Rules of Golf - Identifying & Hazard Issues
While I was watching the PGA Tour’s Sentry Tournament of Champions, and counting the days to the Masters (less than 80 by the way), I was looking for any rules issues that might be worthy of discussing. With only thirty-four players in the field, there weren’t many rules situations shown on television; however, Brian Harman did have a few questions for a rules official on his final hole.
On his 72nd hole, Brian Harman hit his second shot on the par-5 a little left and the ball landed between a bunker and a lateral water hazard and then bounced into some long grass inside the lateral water hazard. When Brian reached the area he located a ball in the long grass. Unable to tell if it was his ball, he called an official for assistance. Using Rule 12, the official advised Brian and allowed him to lift the ball for identification and he identified as his. Let’s take a closer look at Rule 12…
Rule 12 - Searching For And Identifying Ball, and more specifically Rule 12-2 Lifting Ball For Identification, tells us several things:
1. The player should put an identification mark on his ball.
2. If the player cannot identify his ball, he may lift the ball to identify it anywhere on the course.
3. Before lifting, the player must announce his intentions to his fellow players and allow them the opportunity to observe the lifting and replacement.
4. The ball must not be cleaned beyond extent necessary for identification.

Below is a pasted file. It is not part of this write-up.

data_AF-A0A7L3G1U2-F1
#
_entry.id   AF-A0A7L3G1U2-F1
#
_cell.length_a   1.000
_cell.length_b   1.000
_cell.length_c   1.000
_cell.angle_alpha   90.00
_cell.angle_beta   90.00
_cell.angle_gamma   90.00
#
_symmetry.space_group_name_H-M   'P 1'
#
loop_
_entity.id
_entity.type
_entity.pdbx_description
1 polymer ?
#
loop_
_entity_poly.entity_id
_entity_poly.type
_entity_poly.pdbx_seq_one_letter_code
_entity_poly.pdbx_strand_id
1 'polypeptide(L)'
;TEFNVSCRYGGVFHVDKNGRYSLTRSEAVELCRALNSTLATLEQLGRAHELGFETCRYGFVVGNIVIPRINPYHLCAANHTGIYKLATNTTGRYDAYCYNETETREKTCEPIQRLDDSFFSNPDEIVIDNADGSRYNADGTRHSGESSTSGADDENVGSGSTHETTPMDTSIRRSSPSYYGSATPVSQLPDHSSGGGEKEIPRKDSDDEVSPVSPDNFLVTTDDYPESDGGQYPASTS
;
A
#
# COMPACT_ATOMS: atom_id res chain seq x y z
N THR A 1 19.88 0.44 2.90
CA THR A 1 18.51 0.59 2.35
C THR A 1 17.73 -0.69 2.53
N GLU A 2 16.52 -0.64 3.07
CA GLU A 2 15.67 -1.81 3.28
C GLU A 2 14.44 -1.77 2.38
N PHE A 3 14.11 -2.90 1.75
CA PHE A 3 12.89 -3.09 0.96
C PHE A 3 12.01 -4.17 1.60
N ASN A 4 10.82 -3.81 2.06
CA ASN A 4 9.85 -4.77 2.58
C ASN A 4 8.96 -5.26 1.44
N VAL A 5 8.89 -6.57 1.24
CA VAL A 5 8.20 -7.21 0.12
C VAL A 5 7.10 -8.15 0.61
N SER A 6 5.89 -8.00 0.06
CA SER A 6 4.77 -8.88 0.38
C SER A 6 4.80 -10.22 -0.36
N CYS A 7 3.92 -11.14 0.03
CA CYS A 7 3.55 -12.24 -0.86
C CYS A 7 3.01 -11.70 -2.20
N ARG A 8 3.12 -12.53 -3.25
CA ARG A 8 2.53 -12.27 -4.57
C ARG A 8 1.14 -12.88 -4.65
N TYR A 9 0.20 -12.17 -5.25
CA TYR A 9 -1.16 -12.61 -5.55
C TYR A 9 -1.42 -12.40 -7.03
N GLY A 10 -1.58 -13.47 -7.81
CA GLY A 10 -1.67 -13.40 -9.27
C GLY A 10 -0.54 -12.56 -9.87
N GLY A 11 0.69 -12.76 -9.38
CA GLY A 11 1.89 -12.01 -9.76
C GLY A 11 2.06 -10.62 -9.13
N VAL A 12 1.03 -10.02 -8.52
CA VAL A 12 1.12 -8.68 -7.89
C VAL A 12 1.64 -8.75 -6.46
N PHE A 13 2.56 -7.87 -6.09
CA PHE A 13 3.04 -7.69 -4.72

5. The ball must be replaced.
After identifying the ball, Brian decided he would try to play it from the long grass. He then asked the official if he can touch the grass in the hazard with his club. Referencing Rule 13 – Ball Played As It Lies, the official explained that it was fine to touch the grass, provided he doesn’t move any loose impediments. Brian then played an excellent recovery shot from the long grass onto the green and two putted for par. The par-save left him in solo 3rd place and just one stroke ahead three other players.
Brian would have incurred a penalty if he did a few things in that water hazard including: a) testing the condition of the hazard, b) touch the ground in the hazard with a hand or club, or c) move any loose impediments. Additionally, he could not have rested his club on the grass to the point that the weight of the club was supported by the grass or he would’ve been considered touching the ground (See Decision 13-4/9).
There are many of restrictions in hazards so knowing the Rules can save you strokes.